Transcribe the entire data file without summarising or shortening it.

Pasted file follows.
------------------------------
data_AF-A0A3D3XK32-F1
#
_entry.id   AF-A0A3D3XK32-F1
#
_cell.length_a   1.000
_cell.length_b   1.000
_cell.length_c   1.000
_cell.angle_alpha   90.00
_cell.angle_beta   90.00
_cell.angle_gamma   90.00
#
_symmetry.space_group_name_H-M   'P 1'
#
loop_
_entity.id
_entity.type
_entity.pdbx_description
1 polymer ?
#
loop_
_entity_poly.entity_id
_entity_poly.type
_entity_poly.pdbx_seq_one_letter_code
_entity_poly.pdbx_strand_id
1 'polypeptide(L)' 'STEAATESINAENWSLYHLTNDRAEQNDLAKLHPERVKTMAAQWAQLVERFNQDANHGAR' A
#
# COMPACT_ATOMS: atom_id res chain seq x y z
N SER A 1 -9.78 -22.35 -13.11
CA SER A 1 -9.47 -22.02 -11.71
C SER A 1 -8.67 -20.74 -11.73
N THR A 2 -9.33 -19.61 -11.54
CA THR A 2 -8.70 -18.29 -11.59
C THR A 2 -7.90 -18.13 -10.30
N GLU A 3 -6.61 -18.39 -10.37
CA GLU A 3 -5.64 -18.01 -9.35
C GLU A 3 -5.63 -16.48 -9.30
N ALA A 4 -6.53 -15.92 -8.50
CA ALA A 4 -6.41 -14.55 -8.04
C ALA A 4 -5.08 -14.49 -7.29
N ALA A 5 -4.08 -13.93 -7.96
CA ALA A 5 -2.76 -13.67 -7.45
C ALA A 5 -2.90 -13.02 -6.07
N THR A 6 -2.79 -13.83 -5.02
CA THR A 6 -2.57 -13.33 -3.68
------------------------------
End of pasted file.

data_AF-A0A3D3XK32-F1
#
_entry.id   AF-A0A3D3XK32-F1
#
_cell.length_a   1.000
_cell.length_b   1.000
_cell.length_c   1.000
_cell.angle_alpha   90.00
_cell.angle_beta   90.00
_cell.angle_gamma   90.00
#
_symmetry.space_group_name_H-M   'P 1'
#
loop_
_entity.id
_entity.type
_entity.pdbx_description
1 polymer ?
#
loop_
_entity_poly.entity_id
_entity_poly.type
_entity_poly.pdbx_seq_one_letter_code
_entity_poly.pdbx_strand_id
1 'polypeptide(L)' 'STEAATESINAENWSLYHLTNDRAEQNDLAKLHPERVKTMAAQWAQLVERFNQDANHGAR' A
#
# COMPACT_ATOMS: atom_id res chain seq x y z
N SER A 1 -9.78 -22.35 -13.11
CA SER A 1 -9.47 -22.02 -11.71
C SER A 1 -8.67 -20.74 -11.73
N THR A 2 -9.33 -19.61 -11.54
CA THR A 2 -8.70 -18.29 -11.59
C THR A 2 -7.90 -18.13 -10.30
N GLU A 3 -6.61 -18.39 -10.37
CA GLU A 3 -5.64 -18.01 -9.35
C GLU A 3 -5.63 -16.48 -9.30
N ALA A 4 -6.53 -15.92 -8.50
CA ALA A 4 -6.41 -14.55 -8.04
C ALA A 4 -5.08 -14.49 -7.29
N ALA A 5 -4.08 -13.93 -7.96
CA ALA A 5 -2.76 -13.67 -7.45
C ALA A 5 -2.90 -13.02 -6.07
N THR A 6 -2.79 -13.83 -5.02
CA THR A 6 -2.57 -13.33 -3.68